"I don't want to be a political figure," Farahani says.
Farahani portrays a mother of two caring for her injured husband. But in Afghanistan, a woman can end up in mortal danger for opening her mouth.
The man, much older than her, lies on a mat in their home with a feeding tube running from a plastic bag to his mouth. Atiq Rahimi, director of "The Patience Stone," was born in Kabul and now lives in Paris.
He is unconscious, left in a coma by a bullet to the neck, but his eyes are oddly wide open. He also wrote the novel on which the movie is based, for which he was awarded the Prix Goncourt, France's most important literature prize, in 2008. "Her beauty initially gave me cause for concern," he says, concern that the story "would become secondary." "That's meant as a joke," Farahani asserts.
"He couldn't imagine me as a woman suffering." An Artistic Family Farahani has always fought for what she believed in.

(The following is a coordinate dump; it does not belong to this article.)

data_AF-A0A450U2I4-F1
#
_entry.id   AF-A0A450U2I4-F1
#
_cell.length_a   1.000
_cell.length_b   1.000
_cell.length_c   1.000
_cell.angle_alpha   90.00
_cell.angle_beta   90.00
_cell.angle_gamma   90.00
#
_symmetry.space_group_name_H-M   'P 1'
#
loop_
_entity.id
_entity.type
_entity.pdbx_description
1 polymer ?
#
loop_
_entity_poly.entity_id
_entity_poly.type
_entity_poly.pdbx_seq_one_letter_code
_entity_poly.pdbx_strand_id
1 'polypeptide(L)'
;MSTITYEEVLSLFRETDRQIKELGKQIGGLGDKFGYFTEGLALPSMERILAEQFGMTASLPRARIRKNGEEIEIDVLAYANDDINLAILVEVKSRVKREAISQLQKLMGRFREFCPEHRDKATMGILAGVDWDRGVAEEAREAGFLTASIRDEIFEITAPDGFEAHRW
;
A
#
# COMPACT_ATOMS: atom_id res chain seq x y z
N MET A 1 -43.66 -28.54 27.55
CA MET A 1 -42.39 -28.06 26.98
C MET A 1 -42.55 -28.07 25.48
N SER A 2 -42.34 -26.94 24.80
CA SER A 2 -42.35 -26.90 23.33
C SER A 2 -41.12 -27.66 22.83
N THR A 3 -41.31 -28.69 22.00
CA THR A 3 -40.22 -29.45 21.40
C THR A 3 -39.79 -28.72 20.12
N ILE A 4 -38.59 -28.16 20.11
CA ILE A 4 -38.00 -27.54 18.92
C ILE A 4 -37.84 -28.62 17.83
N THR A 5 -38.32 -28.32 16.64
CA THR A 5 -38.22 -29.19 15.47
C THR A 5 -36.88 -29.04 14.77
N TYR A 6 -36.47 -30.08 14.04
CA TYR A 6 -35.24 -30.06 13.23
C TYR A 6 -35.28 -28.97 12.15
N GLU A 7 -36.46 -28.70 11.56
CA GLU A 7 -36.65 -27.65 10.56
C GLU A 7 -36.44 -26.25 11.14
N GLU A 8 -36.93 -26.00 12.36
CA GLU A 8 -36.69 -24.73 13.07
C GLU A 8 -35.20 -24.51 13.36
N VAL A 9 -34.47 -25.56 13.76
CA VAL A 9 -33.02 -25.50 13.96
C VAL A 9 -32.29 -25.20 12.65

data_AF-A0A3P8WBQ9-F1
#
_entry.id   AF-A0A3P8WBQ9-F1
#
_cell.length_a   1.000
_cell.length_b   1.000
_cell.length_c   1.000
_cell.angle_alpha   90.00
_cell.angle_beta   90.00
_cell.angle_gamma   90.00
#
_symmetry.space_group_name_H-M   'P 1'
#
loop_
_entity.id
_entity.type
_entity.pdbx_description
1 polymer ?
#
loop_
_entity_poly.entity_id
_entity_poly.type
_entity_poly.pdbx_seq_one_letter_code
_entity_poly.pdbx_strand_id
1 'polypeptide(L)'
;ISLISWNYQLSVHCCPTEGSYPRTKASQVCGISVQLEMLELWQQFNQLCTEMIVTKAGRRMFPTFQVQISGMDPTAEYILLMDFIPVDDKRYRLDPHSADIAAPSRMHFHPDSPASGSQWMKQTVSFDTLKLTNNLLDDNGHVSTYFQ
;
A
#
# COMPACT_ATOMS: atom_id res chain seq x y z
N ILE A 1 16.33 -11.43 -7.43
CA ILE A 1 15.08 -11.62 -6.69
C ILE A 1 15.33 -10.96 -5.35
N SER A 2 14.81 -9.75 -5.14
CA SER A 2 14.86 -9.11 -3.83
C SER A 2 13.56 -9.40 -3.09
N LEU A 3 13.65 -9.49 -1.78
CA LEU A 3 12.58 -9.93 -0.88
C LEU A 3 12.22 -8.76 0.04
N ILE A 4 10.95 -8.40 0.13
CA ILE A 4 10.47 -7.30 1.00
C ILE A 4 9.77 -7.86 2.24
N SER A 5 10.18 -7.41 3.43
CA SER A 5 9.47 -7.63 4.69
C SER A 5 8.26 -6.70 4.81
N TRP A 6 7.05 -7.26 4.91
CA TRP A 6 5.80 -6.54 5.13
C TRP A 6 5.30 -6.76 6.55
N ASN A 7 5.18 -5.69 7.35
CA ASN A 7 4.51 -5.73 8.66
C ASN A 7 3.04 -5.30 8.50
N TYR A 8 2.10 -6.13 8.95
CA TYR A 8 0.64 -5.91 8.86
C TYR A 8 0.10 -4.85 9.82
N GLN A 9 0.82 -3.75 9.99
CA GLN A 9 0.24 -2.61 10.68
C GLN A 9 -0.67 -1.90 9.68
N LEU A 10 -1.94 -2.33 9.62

As a student, she spearheaded a protest because her school was unheated.
At 16, she cut off her hair and dressed in boys' clothes so she could ride her bicycle through Tehran.Farahani comes from an artistic family, with a father who is a theater director and a mother, sister and brother who all act or direct."There was just one profession I wasn't supposed to pursue -- acting," Farahani says, laughing. She attended the conservatory in in Tehran, practicing Mozart, Schubert and Bach -- "Preludes and fugues, pretty difficult stuff," as she says.Actress Golshifteh Farahani is well on her way to global fame as a Hollywood star.But her work has forced her into exile from her home country of Iran, where she believes she will never live again.By Martin Wolf Anything actress Golshifteh Farahani does can become a political issue -- what she says, where she shoots her films, with whom she works, with whom she doesn't work, whether she wears a headscarf or not.